For beef, the replacement rate in suckler herds is 14 percent, with mortality of 2 percent. It is anticipated that more veterinary practices will be able to collect detailed information about the impacts of disease from clients and that improvements in health and welfare activities can be better monitored.

Milk residues

Meetings have taken place with veterinary surgeons at several locations to highlight the latest developments in detecting milk residues. Milksure, Arla and the National Milk Laboratory have presented a package of measures to tackle the milk failures that were reported on 1,300 farms last year.

There are practical reasons why mistakes in cow identification or misunderstandings about withdrawal times can occur, and 87 percent of the failure herds had a single incident in the year. But multiple failures are happening, and veterinary practices are being asked to help their clients avoid the potentially severe penalties. The UK has a higher failure rate than many other countries.

The sensitivity and accuracy of the tests now available enable the sources of failure, including antibiotics, anti-inflammatories and flukicides, to be identified; the true cause of a farmer’s difficulties can be pinpointed, and the herd supported. Different milk buyers schedule various testing regimes, but this whole area of residues is a complex one that the farmer cannot be expected to sort out without technical assistance.

Medicine storage

The University of Bristol has published the findings of a dairy herd study into medicine storage on-farm that has opened a discussion about expired products and doses remaining from earlier treatments. It is suggested that a medicine cupboard health check is incorporated into the annual herd health review.

Expired medicines were commonly found together with HP-CIAs. This is perhaps not surprising if the use of CIAs is being talked down, and so the bottle stays in the cupboard and partial treatments remain, possibly because the animal died or recovered more rapidly than expected. Some farm cabinets also contained medicines not licensed for cattle. A tidy up, clear out and safe disposal of medicines is recommended. Further studies and reports from beef, sheep, pig and poultry farms are anticipated.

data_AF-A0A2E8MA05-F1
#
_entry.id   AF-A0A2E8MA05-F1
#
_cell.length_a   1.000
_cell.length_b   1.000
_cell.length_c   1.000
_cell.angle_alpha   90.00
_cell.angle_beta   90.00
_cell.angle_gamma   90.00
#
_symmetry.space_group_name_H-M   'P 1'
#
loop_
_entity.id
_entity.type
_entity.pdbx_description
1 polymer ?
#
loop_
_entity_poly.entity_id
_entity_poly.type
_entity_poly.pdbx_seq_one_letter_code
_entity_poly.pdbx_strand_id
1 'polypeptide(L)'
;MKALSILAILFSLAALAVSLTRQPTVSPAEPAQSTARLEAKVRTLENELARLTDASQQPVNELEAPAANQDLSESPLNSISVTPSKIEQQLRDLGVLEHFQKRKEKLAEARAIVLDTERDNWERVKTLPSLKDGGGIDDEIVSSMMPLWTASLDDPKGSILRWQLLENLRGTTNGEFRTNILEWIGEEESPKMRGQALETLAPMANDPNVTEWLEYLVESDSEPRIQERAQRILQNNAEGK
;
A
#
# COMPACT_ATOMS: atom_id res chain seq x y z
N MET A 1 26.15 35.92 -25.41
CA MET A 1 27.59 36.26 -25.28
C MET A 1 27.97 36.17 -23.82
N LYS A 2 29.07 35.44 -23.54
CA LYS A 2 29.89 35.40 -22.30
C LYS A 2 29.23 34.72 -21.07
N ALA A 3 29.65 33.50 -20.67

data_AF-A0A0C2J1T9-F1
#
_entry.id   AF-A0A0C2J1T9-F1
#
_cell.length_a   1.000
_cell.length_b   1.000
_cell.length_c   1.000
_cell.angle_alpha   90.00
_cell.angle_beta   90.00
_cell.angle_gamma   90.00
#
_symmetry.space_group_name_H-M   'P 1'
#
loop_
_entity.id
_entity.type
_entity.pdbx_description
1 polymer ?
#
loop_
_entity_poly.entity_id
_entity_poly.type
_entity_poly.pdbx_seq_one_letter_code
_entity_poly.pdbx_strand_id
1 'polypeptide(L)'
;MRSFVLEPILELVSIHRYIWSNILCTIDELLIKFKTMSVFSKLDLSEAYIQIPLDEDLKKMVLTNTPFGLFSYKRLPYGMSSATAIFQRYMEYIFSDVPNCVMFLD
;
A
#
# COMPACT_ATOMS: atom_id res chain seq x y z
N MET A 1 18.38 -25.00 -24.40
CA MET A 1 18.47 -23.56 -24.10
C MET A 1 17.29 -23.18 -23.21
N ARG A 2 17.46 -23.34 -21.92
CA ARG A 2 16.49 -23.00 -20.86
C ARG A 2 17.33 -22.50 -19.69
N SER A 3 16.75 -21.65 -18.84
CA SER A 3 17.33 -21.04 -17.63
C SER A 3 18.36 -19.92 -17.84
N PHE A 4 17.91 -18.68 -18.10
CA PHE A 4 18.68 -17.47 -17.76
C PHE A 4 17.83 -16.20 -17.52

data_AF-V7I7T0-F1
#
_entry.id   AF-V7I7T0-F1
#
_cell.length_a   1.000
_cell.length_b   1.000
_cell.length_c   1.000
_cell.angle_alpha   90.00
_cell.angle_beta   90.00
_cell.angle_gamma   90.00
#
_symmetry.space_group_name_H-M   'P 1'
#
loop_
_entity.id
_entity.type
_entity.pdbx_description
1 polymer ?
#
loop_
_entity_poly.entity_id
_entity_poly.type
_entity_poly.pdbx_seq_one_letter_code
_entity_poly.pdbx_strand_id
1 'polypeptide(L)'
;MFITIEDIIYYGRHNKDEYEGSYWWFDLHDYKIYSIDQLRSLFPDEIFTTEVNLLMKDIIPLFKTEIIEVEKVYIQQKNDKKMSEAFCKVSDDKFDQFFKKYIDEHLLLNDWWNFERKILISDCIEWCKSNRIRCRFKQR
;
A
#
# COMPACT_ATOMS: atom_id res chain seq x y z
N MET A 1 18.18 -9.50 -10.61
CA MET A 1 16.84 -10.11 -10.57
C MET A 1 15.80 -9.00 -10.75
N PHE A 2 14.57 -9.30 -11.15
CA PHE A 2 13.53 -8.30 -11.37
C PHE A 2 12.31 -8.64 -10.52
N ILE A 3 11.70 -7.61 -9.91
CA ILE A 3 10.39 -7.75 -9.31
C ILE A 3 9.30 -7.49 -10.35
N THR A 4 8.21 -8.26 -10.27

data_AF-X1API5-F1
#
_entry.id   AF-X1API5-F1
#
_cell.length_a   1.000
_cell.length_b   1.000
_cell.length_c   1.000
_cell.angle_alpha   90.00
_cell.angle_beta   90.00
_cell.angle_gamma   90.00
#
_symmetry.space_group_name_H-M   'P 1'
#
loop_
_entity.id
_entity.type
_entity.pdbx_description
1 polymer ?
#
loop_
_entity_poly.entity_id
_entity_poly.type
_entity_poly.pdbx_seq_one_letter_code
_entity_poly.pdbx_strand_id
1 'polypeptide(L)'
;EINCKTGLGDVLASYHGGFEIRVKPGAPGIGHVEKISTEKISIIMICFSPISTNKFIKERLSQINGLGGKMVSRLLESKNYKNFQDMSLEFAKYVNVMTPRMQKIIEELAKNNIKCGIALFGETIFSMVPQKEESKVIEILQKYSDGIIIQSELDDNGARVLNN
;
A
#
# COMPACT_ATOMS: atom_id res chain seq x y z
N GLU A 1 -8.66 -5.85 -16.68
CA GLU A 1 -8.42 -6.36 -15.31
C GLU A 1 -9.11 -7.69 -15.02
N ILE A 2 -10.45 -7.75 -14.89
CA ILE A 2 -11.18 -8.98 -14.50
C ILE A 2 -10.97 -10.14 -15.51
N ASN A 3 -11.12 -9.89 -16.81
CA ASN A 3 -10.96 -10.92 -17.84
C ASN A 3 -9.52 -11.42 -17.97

Frequency of veterinary visits

It is interesting that the use of antibiotic footbaths and feeding waste milk to calves has been inversely related to the frequency of veterinary visits by a study of Arla producers. The more often the farm is visited by a vet, the less likely it is that bad practice is adopted. Also, the farmers who identified that the role of the vet was to save them money were more likely to have poor standards. Make of it what you will from a limited questionnaire approach but note that many herds utilised veterinary products from non-veterinary sources. This is another area where it may be important to identify what is taking place rather than assuming that all is as a practice would wish.

Vaccine use

Last autumn a campaign to improve the uptake and use of vaccines was launched and the proposals for replacing antibiotics with preventative vaccines is very much in need of an ongoing push from practices. The uptake of bovine respiratory disease and bovine rhinotracheitis vaccines has been seen in around 20 percent of herds despite a 70 percent incidence, so annual improvements are anticipated.

Much has been highlighted about the storage and administration of vaccines on-farm with unintended freezing, expired products and incorrect course administration seen as areas where vets can have a direct influence. There are developing levels of technical understanding with research on T-cells and maternally derived antibody interference with the level of early protection. Ways and means of obtaining the best outcomes will be ongoing, with deep discussions on the benefits of mucosal administration over injection. It appears that the better informed the farmer becomes, the more targeted advice and monitoring is needed from the vet.